As Andy Jassy takes over the CEO role at Amazon, the question is asked, “Does it matter who takes over at AWS, the position Jassy is vacating?” The idea is that AWS is such a dominant force in public cloud, an untrained monkey could sit at the helm and AWS would continue printing billions of dollars. So who cares who replaces Jassy? Whoever the new human is, they can’t get it wrong.
That might be exactly right, but for the thought exercise, I decided to go a different direction. For purposes of this opinion article, I choose to entertain the idea that Jassy’s replacement does matter, and matters a lot.
Growing A Gargantuan Gorilla
We can all agree that AWS is the 800 pound gorilla of public cloud. However, I believe AWS will see increasing pressure from all quarters. By way of comparison, let’s consider Cisco Systems of the last ten years.
Cisco has dominated the networking space in a variety of categories for a very long time. The last decade has seen them as the target all of their competitors aim at. In that context, did it matter who replaced John Chambers when he moved on? You bet. Chuck Robbins had (and still has) the undesirable job of unifying competing business units, unifying a diverse set of network operating systems, and developing new automation tech that makes them money instead of eliminating their differentiators. And that’s just in the core networking business.
Oh, and while Cisco is making all of those changes to the underlying product set and culture, they need to continue shifting their revenue strategy to recurring subscription cash, retain customers who are finding an ever-increasing number of viable alternatives, and still find ways to innovate so that those customers stay engaged.
Chuck Robbins knows what he’s doing. By most accounts, he was a solid choice to replace John Chambers. Yet, even in the glow of all that competence, the changes at Cisco are taking time.
I see parallels between AWS and Cisco. Jassy is going out on a high note. “New Jassy” has to cope with maintaining revenue growth, retaining customers, and acquiring new customers all while developing new products that will actually be used and not just an obscure footnote at the next re:Invent.
Where AWS Is At Right Now
Let’s take that last point head on. One challenge AWS faces is complexity in the product set. There are so many products, most of which aren’t useful to most public cloud consumers. That’s okay, don’t get me wrong. Not everyone needs everything sold at the local Wal-Mart, either. But for technologists trying to ramp up on AWS’s offering, the sheer magnitude of services is overwhelming. If we look just at compute, networking, and storage, there are 32 AWS service offerings to consider. That’s just 3 major categories. There are 23 other major categories containing other AWS service offerings. Oh my. Simply understanding the AWS world is a complex task.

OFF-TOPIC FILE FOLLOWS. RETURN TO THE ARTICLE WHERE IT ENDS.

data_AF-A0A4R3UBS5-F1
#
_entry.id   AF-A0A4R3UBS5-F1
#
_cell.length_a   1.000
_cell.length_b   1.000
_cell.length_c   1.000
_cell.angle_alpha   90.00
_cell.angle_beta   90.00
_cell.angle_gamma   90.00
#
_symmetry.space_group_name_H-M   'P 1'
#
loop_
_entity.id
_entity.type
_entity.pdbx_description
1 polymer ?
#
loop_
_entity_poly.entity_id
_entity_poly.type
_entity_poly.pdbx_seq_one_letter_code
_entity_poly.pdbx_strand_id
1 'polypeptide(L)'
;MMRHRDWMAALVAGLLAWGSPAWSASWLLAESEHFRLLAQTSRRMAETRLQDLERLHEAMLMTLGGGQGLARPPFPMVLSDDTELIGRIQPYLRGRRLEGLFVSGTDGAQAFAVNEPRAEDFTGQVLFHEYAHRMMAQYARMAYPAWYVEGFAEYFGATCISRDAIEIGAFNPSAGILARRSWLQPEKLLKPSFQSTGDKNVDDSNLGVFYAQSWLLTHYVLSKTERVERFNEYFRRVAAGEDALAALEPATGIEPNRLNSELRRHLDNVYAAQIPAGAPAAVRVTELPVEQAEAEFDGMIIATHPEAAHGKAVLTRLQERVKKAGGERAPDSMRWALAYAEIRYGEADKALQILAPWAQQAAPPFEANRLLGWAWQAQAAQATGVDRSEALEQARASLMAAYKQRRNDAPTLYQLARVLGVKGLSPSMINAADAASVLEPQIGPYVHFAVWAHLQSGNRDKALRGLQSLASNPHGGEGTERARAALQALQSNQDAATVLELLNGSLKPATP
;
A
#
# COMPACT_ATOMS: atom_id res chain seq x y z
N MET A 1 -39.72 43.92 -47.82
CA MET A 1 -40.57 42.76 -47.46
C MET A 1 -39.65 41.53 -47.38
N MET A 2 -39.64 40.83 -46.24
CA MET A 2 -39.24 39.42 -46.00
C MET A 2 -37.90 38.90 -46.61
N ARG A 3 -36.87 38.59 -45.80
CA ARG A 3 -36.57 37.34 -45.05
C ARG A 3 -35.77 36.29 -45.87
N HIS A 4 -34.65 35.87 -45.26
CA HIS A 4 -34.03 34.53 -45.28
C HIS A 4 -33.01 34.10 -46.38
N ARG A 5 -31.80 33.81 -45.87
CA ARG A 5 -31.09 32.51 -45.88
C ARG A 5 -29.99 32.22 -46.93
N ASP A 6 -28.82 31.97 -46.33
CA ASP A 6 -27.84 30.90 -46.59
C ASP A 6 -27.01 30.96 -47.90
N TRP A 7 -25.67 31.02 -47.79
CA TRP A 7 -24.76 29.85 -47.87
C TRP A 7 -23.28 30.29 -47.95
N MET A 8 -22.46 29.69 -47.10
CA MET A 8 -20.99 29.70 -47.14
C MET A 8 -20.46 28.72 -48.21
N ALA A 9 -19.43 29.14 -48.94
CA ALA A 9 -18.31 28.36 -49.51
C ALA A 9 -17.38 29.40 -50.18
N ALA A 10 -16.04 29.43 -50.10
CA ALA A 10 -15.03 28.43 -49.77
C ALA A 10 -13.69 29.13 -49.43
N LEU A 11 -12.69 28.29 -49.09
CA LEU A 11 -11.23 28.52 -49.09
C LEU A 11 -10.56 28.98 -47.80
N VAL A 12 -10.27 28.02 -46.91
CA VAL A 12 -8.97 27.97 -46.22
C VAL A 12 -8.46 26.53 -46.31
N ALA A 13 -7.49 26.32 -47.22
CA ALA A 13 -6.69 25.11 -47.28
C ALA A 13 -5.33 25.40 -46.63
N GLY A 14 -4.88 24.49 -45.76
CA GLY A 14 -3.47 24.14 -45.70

Anecdotally, EC2 & S3 are the most used AWS services. I can’t find a reference URL to support this, but I have heard this from any number of folks–and it rings true. These services are relatively simple to comprehend as they are analogous to enterprise IT. “I want to run a workload.” Okay. Create an EC2 instance. “I need object storage.” Okay. S3 is an obvious choice. EC2 and S3 feel like technology that infrastructure engineers have been operating for a long time–not a big leap.
But that’s the problem. Services like EC2 and S3 cater to the lift-and-shift strategy that has been proven to be more expensive for enterprises than running those same workloads in-house. Economics matter to many companies. In fact, it’s only in the last couple of years that companies are finally grasping that shutting down a data center and standing up a VPC doesn’t equal savings. Companies need an actual plan around IT operational transformation to fully realize public cloud’s promises.
Companies are comprehending this issue now, though. And that’s a challenge for New Jassy. What enterprises need are modern application architectures that leverage cloud-native for the economics to make sense. That idea has been echoed in so many podcasts and blogs that it’s almost trite to bring up. It’s not even interesting, because knowledge of cloud economics is no longer the problem. The problem is how to get to a cost-effective cloud consumption model.
Enterprises need a path to cloud-native, which is great for AWS. AWS wants to make their customers sticky, and cloud-native operations is a fantastic way to do that. But in the transition time between legacy operations and cloud-native, several other services can get a company’s attention. Azure is potentially a big threat here. The Microsoft relationship is strong in the enterprise. Google Cloud keeps making noises more folks are finding attractive. Oracle Cloud might be good for a cheap laugh among podcast pundits (I might know one), but it’s backed by too large of an organization with too large of a customer base to ignore.